Filing 4


Download PDF
UNITED STATES DISTRICT COURT EASTERN DISTRICT OF PENNSYLVANIA __________________________________________ JERMAINE WINN, : : Plaintiff : : v. : : PHILADELPHIA PRISON SYSTEMS; : STATE CORRECTIONAL INSTITUTION : GRATERFORD; : CORRECTIONAL CARE SOLUTIONS; and : DR. JOHNSON, Willis Eye Institute (Phila), : : Defendants. : __________________________________________ No. 2:16-cv-05275 MEMORANDUM OPINION Plaintiff’s Motion for Leave to Proceed En [sic] Forma Pauperis, ECF No. 1 – Granted Complaint Dismissed pursuant to 28 U.S.C. § 1915(e)(2)(B)(ii) Joseph F. Leeson, Jr. United States District Judge February 1, 2017 Plaintiff Jermaine Winn, a prisoner at the State Correctional Institution at Pine Grove, brings this action pursuant to 42 U.S.C. § 1983 based on treatment he received for an eye condition during his incarceration. He seeks permission to proceed in forma pauperis, which is granted, but his complaint will be dismissed pursuant to 28 U.S.C. § 1915(e)(2)(B)(ii) because it fails to state a claim for relief. I. Background Winn alleges that he was arrested on or about October 16, 2012, and imprisoned at the Curran-Fromhold Correctional Facility in Philadelphia. During his intake screening, he informed the staff that he suffered from glaucoma and cataracts in his left eye. Medical staff referred him to the facility’s optometrist, who concluded that he required treatment from a specialist. Winn was subsequently referred to Will’s Eye Institute, where Dr. Johnson operated on his left eye. Winn was subsequently sentenced to a term of incarceration, and officials with the Philadelphia Prison System medically cleared him to be transferred to the State Correctional Institution at Graterford. At the time, he had stitches in his left eye and required follow-up care. The State Correctional Institution at Graterford took custody of Winn and his medical records, which described the nature of his medical condition. Winn also personally informed the staff at Graterford of his condition. He was then “medically cleared to be transferred once again to another facility of the Pennsylvania Department of Corrections.” Compl. 3, ECF No. 1-1. Winn initiated this suit in October of 2016 against the Philadelphia Prison System, the State Correctional Institution at Graterford, Dr. Johnson, and Correctional Care Solutions, which is identified as a corporation that contracts with the Department of Corrections. 1 He seeks compensatory damages for medical care required while he is incarcerated. II. Standard of Review The Court is granting Winn leave to proceed in forma pauperis because it appears he is incapable of paying the fees to commence this civil action. 2 That means that 28 U.S.C. § 1915(e)(2)(B)(ii) applies, which requires the Court to dismiss an in forma pauperis complaint if it fails to state a claim. To survive dismissal, “a complaint must contain sufficient factual matter, accepted as true, to state a claim to relief that is plausible on its face.” Ashcroft v. Iqbal, 556 U.S. 662, 678 (2009) (internal quotations omitted). As Winn is proceeding pro se, his allegations are liberally construed. Higgs v. Att’y Gen., 655 F.3d 333, 339 (3d Cir. 2011). III. Discussion The Court understands Winn to be claiming that the defendants violated his rights because of the way that they addressed his medical needs. “To state a claim under § 1983, a plaintiff must allege the violation of a right secured by the Constitution and laws of the United States, and must show that the alleged deprivation was committed by a person acting under color of state law.” West v. Atkins, 487 U.S. 42, 48 (1988). Winn cannot state a § 1983 claim against the State Correctional Institution at Graterford, because Graterford shares in the Commonwealth’s Eleventh Amendment immunity and, in any event, is not a “person” for purposes of § 1983. 3 See Will v. Mich. Dep’t of State Police, 491 U.S. 58, 66-69 (1989); Dickerson v. SCI Graterford, 453 F. App’x 134, 137 (3d Cir. 2011) (per curiam). He also cannot state a claim against the Philadelphia Prison System because the System “is a municipal agency of the City of Philadelphia and, as such, has no separate existence of its own and is not subject to suit.” Baylor v. Phila. Prison Sys., No. 10-cv-1468, 2010 WL 3191803, at *1 (E.D. Pa. Aug. 11, 2010); see also 53 Pa. Stat. § 16257. Accordingly, Winn’s claims against these two defendants are dismissed with prejudice. The Eighth Amendment governs claims brought by convicted inmates challenging their conditions of confinement, while claims brought by pretrial detainees are governed by the Due Process Clause of the Fourteenth Amendment. See Hubbard v. Taylor, 399 F.3d 150, 165-66 (3d 1 On the second page of his complaint, Winn appears to identify Will’s Eye Institute and the Pennsylvania Department of Corrections as possible additional defendants. However, he did not name those entities as defendants in the caption of his complaint as required by Federal Rule of Civil Procedure 10(a). 2 As he is a prisoner, Winn must still pay the $350 filing fee in installments in accordance with the Prison Litigation Reform Act. See 28 U.S.C. § 1915(b). 3 The same is true for the Pennsylvania Department of Corrections to the extent Winn sought to raise any claims against it. See supra note 1; Lavia v. Pa. Dep’t of Corr., 224 F.3d 190, 195 (3d Cir. 2000). Cir. 2005). Winn’s claims appear to span the time that he was a pre-trial detainee as well as his post-conviction incarceration. Under the Eighth Amendment, a prisoner must allege facts indicating that prison officials were deliberately indifferent to his serious medical needs. See Farmer v. Brennan, 511 U.S. 825, 835 (1994). The same standard generally applies to claims raised by pretrial detainees based on inadequate medical care. See, e.g., Edwards v. Northampton Cty., No. 16-2601, 2016 WL 6156005, at *2 (3d Cir. Oct. 24, 2016); Brown v. Deparlos, 492 F. App’x 211, 214 (3d Cir. 2012) (per curiam). A prison official is not deliberately indifferent “unless the official knows of and disregards an excessive risk to inmate health or safety,” which means that “the official must both be aware of facts from which the inference could be drawn that a substantial risk of serious harm exists, and he must also draw the inference.” Farmer, 511 U.S. at 837. Allegations of general medical malpractice and mere disagreement regarding proper medical treatment are insufficient to establish a constitutional violation. See Spruill v. Gillis, 372 F.3d 218, 235 (3d Cir. 2004). Nothing in the complaint suggests that Dr. Johnson or anyone else was deliberately indifferent to Winn’s medical needs. He alleges that prison officials referred him to Dr. Johnson for treatment, that Dr. Johnson performed surgery on him to treat his condition, and that he was medically cleared for a transfer after he was sentenced in his criminal case. Nothing in the complaint suggests that Dr. Johnson or others disregarded his medical issues. To the contrary, the complaint as pleaded suggests that Winn received the care that he needed. Accordingly, he has not stated a claim against Dr. Johnson. 4 Nor has he stated a claim against Correctional Care Solutions. To state a § 1983 claim against a corporation that contracts with a municipality, a plaintiff must allege that the contractor’s policies or customs caused the violation of the plaintiff’s constitutional rights. See Monell v. Dep’t of Soc. Servs. of N.Y., 436 U.S. 658, 694 (1978); Natale v. Camden Cty. Corr. Facility, 318 F.3d 575, 583-84 (3d Cir. 2003). As already observed, Winn’s allegations do not establish that anyone acted with deliberate indifference to his serious medical needs or otherwise violated any of his constitutional rights. But even assuming that he had pleaded a viable constitutional violation, he has not identified a policy or custom of Correctional Care Solutions that would establish a basis to hold it liable. IV. Conclusion Winn’s complaint is dismissed pursuant to 28 U.S.C. § 1915(e)(2)(B)(ii) because it fails to state a claim. While his claims against the Philadelphia Prison System and the State Correctional Institution Graterford are dismissed with prejudice, his remaining claims are 4 As the complaint does not state a claim against Dr. Johnson, any claims against Will’s Eye Institute based on its status as Dr. Johnson’s employer would also fail. dismissed without prejudice to Winn’s ability to file an amended complaint if he is able to state a plausible basis for a timely claim against the other defendants. 5 An appropriate order follows. BY THE COURT: /s/ Joseph F. Leeson, Jr.____________ JOSEPH F. LEESON, JR. United States District Judge 5 It appears that at least some portion of Winn’s claims is time-barred. The statute of limitations governing his claims is two years, Wallace v. Kato, 549 U.S. 384, 387 (2007); see also 42 Pa. Cons. Stat. § 5524, and the limitations period begins to run from the time “the plaintiff knew or should have known of the injury upon which [his] action is based.” Sameric Corp. of Del., Inc. v. City of Phila., 142 F.3d 582, 599 (3d Cir. 1998). It appears from the complaint that Winn’s claims are based on events dating back to October of 2012, approximately four years before the complaint was filed.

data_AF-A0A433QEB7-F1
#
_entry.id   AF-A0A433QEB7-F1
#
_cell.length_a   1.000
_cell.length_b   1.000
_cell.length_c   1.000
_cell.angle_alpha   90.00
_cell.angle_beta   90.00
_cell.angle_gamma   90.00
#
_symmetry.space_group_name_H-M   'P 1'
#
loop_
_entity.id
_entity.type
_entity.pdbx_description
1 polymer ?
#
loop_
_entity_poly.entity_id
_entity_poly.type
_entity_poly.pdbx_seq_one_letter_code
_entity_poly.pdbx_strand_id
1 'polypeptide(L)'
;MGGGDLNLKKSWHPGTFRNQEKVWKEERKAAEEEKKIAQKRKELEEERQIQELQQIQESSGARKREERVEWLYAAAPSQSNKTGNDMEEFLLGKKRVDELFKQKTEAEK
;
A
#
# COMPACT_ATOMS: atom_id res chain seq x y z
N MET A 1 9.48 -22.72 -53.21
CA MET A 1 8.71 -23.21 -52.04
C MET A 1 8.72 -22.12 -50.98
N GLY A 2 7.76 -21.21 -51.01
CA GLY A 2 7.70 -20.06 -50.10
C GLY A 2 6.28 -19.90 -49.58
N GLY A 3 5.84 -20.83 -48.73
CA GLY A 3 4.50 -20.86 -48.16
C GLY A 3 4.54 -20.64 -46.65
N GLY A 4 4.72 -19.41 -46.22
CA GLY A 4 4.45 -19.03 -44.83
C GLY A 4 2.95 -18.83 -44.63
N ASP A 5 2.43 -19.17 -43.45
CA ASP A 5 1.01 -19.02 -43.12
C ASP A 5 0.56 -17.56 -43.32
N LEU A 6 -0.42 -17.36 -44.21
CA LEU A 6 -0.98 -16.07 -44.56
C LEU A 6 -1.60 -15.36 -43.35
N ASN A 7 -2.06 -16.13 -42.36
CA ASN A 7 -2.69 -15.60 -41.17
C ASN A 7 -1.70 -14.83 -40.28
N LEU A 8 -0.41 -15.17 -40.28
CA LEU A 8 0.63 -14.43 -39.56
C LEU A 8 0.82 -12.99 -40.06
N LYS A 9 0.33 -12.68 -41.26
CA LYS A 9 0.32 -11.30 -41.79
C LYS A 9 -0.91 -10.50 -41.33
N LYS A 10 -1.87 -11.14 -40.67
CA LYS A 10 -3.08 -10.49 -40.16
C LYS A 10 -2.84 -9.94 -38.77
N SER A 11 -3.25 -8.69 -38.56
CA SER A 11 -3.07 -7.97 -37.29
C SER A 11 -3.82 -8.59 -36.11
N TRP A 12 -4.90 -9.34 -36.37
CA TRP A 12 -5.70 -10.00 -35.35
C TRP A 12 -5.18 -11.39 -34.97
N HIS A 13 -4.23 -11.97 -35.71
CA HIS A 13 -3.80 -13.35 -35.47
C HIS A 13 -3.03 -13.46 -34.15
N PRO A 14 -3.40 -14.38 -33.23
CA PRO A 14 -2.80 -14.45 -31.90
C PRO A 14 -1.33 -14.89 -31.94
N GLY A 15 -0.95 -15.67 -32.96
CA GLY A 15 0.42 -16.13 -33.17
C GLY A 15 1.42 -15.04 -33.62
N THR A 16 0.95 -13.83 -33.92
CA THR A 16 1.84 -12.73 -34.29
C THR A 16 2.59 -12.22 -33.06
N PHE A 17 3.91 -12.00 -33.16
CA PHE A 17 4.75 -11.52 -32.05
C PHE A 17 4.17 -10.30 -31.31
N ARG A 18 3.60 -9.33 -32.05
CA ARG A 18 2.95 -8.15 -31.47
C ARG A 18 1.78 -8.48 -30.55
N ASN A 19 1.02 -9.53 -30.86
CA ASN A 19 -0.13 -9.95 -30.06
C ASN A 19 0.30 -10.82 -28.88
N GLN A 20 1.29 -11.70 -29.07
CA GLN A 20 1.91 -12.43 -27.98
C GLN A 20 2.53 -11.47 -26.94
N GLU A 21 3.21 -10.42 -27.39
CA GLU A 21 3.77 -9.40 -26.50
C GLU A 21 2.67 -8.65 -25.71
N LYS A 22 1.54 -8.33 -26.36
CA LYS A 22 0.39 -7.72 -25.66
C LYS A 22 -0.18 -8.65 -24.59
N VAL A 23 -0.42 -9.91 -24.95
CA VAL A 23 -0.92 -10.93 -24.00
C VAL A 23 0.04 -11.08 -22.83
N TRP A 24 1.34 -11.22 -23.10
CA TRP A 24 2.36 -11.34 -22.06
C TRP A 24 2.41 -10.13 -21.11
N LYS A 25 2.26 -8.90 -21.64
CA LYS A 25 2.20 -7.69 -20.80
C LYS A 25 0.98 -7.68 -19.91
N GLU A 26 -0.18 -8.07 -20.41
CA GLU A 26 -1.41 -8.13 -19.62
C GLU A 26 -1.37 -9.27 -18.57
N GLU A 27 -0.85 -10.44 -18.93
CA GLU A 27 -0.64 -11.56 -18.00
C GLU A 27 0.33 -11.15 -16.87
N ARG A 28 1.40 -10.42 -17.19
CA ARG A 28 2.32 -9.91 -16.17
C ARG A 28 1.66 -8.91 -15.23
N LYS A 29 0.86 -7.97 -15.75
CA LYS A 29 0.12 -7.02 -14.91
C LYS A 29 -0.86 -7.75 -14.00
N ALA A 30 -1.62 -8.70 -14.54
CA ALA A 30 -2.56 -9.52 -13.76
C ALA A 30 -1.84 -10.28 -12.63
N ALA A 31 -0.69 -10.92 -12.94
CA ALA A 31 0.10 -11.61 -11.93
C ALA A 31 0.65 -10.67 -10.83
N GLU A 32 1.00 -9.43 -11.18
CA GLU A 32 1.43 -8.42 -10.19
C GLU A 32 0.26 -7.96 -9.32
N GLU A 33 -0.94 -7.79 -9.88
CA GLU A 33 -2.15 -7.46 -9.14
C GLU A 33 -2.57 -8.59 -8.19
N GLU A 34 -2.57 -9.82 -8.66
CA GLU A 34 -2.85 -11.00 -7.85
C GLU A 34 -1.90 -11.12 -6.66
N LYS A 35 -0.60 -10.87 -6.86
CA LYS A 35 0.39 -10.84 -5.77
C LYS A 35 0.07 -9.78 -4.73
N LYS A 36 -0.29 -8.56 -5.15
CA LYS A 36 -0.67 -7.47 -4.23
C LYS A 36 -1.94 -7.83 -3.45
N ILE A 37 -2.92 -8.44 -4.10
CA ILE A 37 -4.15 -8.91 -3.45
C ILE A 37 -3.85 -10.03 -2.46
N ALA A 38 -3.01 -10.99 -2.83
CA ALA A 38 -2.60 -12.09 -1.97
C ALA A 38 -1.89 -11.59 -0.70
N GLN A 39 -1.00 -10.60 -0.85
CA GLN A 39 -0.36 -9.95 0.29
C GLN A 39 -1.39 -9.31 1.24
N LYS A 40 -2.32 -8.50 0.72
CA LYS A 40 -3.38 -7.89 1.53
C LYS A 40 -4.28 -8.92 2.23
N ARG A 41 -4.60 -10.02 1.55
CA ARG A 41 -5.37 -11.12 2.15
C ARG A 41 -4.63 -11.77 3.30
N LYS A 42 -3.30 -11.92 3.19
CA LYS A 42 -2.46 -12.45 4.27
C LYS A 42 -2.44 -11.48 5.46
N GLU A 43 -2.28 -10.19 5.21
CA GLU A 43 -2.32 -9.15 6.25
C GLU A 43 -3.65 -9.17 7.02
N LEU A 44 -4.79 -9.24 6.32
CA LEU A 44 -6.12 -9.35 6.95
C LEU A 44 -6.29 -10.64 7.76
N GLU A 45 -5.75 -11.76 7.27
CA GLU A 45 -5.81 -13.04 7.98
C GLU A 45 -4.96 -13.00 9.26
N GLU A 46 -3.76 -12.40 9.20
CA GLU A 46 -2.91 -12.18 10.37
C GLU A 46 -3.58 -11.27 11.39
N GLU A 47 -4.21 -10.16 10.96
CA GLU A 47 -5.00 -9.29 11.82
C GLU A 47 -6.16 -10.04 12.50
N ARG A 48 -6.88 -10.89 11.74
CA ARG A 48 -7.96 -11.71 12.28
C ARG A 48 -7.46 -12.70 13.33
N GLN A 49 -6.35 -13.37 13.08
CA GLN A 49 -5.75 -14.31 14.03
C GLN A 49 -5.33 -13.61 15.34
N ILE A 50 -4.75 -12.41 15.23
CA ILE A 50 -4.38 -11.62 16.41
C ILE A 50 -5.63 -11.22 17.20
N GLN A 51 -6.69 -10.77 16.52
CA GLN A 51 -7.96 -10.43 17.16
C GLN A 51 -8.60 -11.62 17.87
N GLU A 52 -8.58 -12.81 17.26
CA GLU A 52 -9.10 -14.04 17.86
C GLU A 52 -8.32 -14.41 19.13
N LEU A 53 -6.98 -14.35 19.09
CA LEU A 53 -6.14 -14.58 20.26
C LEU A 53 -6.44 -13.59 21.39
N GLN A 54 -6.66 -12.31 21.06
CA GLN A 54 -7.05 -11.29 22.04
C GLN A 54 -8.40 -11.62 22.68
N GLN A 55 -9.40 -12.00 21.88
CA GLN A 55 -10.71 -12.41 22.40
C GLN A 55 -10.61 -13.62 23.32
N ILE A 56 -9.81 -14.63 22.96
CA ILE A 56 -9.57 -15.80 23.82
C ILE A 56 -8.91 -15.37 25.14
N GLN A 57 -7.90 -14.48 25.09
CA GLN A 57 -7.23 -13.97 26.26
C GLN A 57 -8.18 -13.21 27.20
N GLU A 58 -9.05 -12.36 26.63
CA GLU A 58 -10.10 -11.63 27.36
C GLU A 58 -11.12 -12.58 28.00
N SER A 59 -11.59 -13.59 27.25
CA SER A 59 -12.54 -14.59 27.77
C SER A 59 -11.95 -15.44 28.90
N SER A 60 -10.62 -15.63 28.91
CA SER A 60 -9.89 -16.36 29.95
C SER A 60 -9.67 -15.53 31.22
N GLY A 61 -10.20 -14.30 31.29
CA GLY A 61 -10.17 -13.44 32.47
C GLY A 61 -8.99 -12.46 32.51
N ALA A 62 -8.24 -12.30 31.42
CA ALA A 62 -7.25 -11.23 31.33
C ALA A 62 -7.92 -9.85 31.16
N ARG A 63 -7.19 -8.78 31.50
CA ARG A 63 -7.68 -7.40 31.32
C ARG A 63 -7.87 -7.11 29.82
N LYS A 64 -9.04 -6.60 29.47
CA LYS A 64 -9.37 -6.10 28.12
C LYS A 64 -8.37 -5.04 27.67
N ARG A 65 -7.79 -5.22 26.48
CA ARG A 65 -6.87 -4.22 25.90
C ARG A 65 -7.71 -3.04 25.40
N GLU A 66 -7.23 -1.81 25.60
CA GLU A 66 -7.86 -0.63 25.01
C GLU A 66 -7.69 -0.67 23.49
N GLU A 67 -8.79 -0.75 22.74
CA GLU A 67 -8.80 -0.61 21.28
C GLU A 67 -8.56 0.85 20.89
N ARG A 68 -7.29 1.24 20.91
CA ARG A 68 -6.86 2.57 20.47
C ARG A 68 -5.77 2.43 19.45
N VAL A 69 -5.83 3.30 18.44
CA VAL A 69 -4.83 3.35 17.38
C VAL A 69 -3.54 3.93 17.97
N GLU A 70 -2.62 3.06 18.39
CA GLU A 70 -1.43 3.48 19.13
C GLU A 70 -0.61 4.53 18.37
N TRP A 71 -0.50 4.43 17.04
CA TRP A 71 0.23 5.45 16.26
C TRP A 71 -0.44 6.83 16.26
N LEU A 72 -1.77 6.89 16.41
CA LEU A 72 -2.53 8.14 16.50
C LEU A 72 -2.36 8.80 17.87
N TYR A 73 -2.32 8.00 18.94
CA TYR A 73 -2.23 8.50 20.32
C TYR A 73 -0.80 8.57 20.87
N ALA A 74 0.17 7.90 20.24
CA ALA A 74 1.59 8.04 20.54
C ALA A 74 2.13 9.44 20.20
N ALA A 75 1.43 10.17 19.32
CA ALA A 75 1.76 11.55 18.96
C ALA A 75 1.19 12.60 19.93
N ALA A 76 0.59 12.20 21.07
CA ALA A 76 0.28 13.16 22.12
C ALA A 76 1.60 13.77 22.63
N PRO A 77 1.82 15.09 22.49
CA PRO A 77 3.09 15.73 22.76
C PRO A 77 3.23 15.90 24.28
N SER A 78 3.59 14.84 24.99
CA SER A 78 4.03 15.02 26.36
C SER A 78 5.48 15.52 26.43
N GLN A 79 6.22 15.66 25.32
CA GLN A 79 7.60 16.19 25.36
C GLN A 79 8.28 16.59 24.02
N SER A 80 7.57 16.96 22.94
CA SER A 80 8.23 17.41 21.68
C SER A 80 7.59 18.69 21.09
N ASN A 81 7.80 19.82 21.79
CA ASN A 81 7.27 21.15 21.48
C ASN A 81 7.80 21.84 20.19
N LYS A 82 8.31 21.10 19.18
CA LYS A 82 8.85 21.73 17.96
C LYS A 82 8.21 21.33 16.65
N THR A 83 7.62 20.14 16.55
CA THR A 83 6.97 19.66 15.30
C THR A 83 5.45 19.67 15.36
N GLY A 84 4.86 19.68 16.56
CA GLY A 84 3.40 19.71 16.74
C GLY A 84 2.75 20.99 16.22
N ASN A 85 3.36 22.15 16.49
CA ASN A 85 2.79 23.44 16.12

Disclaimer: Justia Dockets & Filings provides public litigation records from the federal appellate and district courts. These filings and docket sheets should not be considered findings of fact or liability, nor do they necessarily reflect the view of Justia.

Why Is My Information Online?